- The Washington Times - Thursday, October 23, 2008

China UAV

An internal Chinese government document says China is working to develop an advanced unmanned aerial vehicle (UAV) as part of a strategy to combine civilian and military technology in weapons and nonmilitary equipment.

The document, which was obtained by The Washington Times, is a feasibility report dated July 8 and labeled “National Defense Science and Technology Industry Military and Civilian Dual-Use Research and Development Special Project.”

A U.S. official, who spoke on condition he not be named, said the document appears genuine. Chinese Embassy spokesman Wang Baodong had no immediate comment on the document.

It states that the goal of the project is to produce a high-altitude, low-speed, long-endurance unmanned aerial vehicle in two years. The state-run company in charge of the program is a major Chinese weapons manufacturer, the China Aerospace Science and Industry Corp. (CASIC).

According to the document, civilian uses will include aerial exploration, air-to-ground monitoring and other scientific work. Military applications for the UAV are outlined as “military aerial inspection and detection, electronic warfare and other missions.”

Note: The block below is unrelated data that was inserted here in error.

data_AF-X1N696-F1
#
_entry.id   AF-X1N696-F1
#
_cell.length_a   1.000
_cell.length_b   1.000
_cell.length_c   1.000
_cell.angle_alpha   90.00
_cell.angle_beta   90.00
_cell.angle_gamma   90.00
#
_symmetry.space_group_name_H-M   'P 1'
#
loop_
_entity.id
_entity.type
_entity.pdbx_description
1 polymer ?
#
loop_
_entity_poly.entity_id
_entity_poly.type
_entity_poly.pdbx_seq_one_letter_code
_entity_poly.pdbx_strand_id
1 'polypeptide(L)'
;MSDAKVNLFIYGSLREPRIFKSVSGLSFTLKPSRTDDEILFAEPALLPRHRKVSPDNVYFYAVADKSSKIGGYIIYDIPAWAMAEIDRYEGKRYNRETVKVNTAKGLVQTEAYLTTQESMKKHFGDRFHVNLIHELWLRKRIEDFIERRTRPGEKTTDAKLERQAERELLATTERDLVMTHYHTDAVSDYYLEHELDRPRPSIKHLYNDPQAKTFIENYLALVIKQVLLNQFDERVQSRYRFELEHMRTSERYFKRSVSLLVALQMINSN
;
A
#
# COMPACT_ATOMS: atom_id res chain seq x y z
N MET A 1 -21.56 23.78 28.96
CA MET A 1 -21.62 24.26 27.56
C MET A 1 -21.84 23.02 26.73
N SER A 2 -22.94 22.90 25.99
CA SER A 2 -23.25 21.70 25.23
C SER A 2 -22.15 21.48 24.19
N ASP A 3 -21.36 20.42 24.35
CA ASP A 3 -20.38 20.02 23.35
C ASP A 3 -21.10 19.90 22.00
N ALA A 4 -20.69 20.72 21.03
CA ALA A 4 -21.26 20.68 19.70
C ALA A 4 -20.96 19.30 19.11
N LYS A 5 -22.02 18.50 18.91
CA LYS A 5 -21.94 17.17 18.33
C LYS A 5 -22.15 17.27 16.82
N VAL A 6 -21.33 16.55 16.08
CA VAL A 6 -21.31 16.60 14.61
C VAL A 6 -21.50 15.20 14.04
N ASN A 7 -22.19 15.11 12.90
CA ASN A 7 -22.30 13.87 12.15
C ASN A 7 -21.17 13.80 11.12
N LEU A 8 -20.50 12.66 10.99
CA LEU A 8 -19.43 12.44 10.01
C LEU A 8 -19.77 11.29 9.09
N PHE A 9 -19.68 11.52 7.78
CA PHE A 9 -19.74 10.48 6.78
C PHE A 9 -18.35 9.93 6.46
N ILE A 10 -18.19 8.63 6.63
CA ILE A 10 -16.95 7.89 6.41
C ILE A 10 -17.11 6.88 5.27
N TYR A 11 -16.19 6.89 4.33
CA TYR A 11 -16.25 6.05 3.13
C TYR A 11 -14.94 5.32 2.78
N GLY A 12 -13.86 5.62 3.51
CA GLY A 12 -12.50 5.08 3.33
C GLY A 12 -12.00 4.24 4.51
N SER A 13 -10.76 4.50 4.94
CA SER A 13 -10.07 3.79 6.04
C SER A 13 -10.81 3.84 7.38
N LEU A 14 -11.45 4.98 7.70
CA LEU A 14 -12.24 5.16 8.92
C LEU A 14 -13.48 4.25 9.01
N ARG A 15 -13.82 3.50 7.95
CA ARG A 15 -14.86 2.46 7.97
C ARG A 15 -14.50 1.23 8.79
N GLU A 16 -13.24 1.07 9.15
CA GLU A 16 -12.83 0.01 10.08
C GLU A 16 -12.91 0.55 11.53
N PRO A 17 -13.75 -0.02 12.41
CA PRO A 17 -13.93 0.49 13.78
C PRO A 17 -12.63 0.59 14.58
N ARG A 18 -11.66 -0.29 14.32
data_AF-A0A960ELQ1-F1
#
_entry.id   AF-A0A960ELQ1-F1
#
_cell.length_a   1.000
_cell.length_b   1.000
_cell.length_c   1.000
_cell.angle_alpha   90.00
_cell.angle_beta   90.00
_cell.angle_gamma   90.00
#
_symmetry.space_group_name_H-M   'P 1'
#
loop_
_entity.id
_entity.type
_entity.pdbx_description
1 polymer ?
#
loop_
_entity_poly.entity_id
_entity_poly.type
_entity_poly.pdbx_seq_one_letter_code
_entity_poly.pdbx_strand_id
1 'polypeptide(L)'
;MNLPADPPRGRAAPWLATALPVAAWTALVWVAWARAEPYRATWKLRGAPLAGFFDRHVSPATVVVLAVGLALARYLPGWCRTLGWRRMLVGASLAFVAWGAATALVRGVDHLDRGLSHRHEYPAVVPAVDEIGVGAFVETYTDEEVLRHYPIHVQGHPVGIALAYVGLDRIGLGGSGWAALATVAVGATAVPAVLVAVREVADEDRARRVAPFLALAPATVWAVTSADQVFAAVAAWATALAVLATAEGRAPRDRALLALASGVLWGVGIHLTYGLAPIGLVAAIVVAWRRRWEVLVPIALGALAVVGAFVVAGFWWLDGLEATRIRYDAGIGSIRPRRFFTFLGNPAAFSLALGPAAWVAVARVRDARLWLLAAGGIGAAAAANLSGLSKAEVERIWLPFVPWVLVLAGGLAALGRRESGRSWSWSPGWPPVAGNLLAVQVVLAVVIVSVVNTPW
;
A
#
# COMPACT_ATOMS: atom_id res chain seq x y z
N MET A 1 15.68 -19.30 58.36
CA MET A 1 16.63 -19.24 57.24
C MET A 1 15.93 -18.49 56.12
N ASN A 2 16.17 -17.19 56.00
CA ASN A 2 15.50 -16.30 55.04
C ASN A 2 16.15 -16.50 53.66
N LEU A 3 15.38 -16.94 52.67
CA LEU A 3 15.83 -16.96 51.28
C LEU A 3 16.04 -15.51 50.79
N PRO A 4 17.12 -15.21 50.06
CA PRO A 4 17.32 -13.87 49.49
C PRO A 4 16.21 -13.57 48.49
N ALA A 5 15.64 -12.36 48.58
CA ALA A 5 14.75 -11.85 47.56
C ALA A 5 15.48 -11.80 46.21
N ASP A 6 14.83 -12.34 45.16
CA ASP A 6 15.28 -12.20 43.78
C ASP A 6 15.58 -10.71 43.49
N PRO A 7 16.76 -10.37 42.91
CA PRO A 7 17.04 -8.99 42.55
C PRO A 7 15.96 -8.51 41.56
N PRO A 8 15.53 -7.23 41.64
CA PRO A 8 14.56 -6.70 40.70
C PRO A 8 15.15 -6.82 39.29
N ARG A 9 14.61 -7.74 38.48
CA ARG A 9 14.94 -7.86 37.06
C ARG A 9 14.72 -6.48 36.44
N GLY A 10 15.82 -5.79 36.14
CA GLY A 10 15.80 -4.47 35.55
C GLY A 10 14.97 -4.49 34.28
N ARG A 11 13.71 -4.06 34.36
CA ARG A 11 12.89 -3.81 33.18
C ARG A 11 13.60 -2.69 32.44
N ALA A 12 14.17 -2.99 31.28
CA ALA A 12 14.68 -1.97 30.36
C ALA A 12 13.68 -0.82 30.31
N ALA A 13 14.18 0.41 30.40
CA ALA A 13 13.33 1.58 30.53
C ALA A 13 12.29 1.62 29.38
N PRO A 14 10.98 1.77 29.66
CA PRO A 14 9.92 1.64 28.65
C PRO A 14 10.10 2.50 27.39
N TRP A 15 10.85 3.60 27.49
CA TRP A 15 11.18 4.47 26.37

“We hope to be able to provide quality, practical products for military and civilian clients in a speedy manner,” the document says.

“At present, the United States and Israel have mastered the technology central to this type of aerial vehicle, and they have imposed a technology blockage to other countries and have exerted especially strict control with regard to our country,” the document says.

It also states that China needs to “break through the core technologies of this type of aerial vehicle” by using existing technology and international cooperation to boost domestic research efforts to “enhance the military’s combat capability.”

The UAV program will boost scientific and technical capabilities. “The economic and social benefits will be transformed directly into actual results that reflect the doctrine of ‘combining military and civilian and placing military into civilian,’” the report says.

China has purchased Israeli Harpy anti-radar drones that home in on enemy radar with an explosive charge. The drone missiles were first detected by U.S. intelligence agencies deployed near Taiwan in the 1990s.

China also has displayed scale models of planned UAVs at arms shows, including a drone that looks similar to the U.S. jet-powered long-range Global Hawk.

Asia policy lineup

With the presidential election less than two weeks away, the rush is on among national security hands for the strategic positions of China and Asia policy advisers.

Aides to both campaigns say the key positions within the National Security Council staff, the apex of policy coordinating, likely will be chosen from within the ranks of the campaign advisers.

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